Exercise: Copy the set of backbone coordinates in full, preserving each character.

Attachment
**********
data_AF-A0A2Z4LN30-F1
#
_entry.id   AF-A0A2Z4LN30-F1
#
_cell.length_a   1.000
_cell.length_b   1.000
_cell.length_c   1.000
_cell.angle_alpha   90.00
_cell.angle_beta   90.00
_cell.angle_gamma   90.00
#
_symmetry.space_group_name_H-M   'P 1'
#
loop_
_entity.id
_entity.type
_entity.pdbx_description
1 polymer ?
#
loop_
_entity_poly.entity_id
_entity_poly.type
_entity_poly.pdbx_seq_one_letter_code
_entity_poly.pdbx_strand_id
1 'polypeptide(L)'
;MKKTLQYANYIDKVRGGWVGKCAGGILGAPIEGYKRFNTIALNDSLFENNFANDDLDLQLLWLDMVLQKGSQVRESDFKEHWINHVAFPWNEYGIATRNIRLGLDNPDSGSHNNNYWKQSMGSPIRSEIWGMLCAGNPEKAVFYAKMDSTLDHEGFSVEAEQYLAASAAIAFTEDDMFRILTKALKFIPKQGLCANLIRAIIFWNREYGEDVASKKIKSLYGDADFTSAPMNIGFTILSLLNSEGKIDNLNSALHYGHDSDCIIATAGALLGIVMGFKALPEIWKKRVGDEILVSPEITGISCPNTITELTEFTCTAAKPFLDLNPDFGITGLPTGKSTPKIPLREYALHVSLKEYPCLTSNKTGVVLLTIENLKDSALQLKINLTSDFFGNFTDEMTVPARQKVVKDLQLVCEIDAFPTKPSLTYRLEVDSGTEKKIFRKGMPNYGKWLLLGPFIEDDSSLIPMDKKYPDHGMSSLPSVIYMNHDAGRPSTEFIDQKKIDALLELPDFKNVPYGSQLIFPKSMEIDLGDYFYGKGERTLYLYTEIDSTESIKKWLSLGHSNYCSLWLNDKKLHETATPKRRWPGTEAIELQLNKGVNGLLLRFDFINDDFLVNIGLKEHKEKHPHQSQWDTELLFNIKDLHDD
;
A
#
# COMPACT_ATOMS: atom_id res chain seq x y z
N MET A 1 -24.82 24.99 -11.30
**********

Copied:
data_AF-A0A2Z4LN30-F1
#
_entry.id   AF-A0A2Z4LN30-F1
#
_cell.length_a   1.000
_cell.length_b   1.000
_cell.length_c   1.000
_cell.angle_alpha   90.00
_cell.angle_beta   90.00
_cell.angle_gamma   90.00
#
_symmetry.space_group_name_H-M   'P 1'
#
loop_
_entity.id
_entity.type
_entity.pdbx_description
1 polymer ?
#
loop_
_entity_poly.entity_id
_entity_poly.type
_entity_poly.pdbx_seq_one_letter_code
_entity_poly.pdbx_strand_id
1 'polypeptide(L)'
;MKKTLQYANYIDKVRGGWVGKCAGGILGAPIEGYKRFNTIALNDSLFENNFANDDLDLQLLWLDMVLQKGSQVRESDFKEHWINHVAFPWNEYGIATRNIRLGLDNPDSGSHNNNYWKQSMGSPIRSEIWGMLCAGNPEKAVFYAKMDSTLDHEGFSVEAEQYLAASAAIAFTEDDMFRILTKALKFIPKQGLCANLIRAIIFWNREYGEDVASKKIKSLYGDADFTSAPMNIGFTILSLLNSEGKIDNLNSALHYGHDSDCIIATAGALLGIVMGFKALPEIWKKRVGDEILVSPEITGISCPNTITELTEFTCTAAKPFLDLNPDFGITGLPTGKSTPKIPLREYALHVSLKEYPCLTSNKTGVVLLTIENLKDSALQLKINLTSDFFGNFTDEMTVPARQKVVKDLQLVCEIDAFPTKPSLTYRLEVDSGTEKKIFRKGMPNYGKWLLLGPFIEDDSSLIPMDKKYPDHGMSSLPSVIYMNHDAGRPSTEFIDQKKIDALLELPDFKNVPYGSQLIFPKSMEIDLGDYFYGKGERTLYLYTEIDSTESIKKWLSLGHSNYCSLWLNDKKLHETATPKRRWPGTEAIELQLNKGVNGLLLRFDFINDDFLVNIGLKEHKEKHPHQSQWDTELLFNIKDLHDD
;
A
#
# COMPACT_ATOMS: atom_id res chain seq x y z
N MET A 1 -24.82 24.99 -11.30